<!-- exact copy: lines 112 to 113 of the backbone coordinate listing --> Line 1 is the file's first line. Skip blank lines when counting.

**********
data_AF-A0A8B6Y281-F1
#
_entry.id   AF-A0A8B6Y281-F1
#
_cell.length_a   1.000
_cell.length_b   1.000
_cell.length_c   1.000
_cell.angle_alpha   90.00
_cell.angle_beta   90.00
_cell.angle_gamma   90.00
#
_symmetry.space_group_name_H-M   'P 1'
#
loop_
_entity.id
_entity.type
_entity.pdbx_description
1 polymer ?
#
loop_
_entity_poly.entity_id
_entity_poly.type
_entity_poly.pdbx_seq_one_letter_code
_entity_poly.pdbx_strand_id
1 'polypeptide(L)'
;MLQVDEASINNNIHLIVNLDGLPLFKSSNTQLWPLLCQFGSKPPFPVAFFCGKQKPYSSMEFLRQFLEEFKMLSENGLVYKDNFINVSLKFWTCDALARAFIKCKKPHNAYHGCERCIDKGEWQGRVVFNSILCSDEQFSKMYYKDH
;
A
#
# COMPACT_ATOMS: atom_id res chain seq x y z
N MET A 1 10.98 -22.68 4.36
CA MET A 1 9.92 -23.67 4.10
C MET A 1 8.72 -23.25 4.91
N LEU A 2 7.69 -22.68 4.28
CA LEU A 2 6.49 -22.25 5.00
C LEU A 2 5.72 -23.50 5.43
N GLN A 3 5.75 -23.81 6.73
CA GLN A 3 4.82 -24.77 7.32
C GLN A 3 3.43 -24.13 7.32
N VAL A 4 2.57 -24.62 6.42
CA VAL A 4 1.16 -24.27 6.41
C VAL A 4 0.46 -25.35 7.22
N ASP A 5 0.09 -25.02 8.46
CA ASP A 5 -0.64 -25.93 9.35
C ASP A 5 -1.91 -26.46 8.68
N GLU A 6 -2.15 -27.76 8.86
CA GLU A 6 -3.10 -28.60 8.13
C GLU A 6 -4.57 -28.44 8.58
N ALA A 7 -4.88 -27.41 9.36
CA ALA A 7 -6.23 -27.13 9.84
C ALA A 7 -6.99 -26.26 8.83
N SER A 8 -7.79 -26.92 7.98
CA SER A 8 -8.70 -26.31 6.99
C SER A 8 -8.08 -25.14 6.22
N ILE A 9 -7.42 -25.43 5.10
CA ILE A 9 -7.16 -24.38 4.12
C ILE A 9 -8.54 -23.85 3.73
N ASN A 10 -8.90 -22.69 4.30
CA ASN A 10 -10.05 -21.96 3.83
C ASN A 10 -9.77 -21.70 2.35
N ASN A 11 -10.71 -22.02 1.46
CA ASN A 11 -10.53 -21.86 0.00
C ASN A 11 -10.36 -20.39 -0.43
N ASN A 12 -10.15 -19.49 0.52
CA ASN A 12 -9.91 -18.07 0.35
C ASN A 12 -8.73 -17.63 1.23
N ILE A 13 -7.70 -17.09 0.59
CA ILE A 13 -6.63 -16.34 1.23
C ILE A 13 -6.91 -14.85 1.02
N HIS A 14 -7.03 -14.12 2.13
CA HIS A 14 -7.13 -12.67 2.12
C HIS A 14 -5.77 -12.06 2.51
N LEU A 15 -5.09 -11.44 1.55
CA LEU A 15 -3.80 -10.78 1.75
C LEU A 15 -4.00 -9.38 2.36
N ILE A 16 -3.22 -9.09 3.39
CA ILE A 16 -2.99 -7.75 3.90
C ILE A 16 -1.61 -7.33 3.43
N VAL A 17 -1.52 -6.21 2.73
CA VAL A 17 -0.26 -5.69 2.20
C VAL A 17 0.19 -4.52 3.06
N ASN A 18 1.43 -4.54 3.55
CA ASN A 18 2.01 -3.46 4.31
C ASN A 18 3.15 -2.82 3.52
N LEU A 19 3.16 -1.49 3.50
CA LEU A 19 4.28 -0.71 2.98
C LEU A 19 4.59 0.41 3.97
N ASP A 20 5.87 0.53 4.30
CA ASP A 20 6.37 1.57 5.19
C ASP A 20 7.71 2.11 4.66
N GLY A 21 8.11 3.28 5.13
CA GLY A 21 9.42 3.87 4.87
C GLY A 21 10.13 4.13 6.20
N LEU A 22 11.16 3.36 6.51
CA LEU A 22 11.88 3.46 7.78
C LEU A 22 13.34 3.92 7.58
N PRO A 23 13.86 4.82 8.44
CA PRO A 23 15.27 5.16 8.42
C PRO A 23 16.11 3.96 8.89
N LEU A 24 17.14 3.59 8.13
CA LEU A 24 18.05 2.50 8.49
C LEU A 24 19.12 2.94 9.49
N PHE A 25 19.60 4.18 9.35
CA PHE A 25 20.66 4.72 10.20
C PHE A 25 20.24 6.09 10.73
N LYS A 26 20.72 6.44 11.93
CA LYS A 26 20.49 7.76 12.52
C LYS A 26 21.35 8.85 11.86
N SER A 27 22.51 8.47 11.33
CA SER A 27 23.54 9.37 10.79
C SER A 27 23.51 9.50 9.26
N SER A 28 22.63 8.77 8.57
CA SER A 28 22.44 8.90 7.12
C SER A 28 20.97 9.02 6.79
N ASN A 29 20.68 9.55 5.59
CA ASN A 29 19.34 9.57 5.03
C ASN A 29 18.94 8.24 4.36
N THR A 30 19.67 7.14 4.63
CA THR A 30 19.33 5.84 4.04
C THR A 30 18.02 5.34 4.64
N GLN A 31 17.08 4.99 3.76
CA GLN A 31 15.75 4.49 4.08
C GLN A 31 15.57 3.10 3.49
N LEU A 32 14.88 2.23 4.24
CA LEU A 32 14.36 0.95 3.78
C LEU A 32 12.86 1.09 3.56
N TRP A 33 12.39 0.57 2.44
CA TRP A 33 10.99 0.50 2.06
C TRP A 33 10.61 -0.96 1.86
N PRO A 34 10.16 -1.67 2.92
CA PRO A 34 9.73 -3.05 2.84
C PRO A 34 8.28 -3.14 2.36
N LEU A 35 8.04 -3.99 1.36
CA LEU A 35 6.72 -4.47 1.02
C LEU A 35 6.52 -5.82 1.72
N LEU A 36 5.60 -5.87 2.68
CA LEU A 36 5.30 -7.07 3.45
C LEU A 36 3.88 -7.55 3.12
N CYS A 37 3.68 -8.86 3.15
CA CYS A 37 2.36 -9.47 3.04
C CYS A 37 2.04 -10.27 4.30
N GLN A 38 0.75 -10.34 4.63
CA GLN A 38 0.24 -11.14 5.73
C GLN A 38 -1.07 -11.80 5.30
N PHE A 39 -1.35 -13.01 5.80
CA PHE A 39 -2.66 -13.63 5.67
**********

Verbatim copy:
N SER A 28 22.63 8.77 8.57
CA SER A 28 22.44 8.90 7.12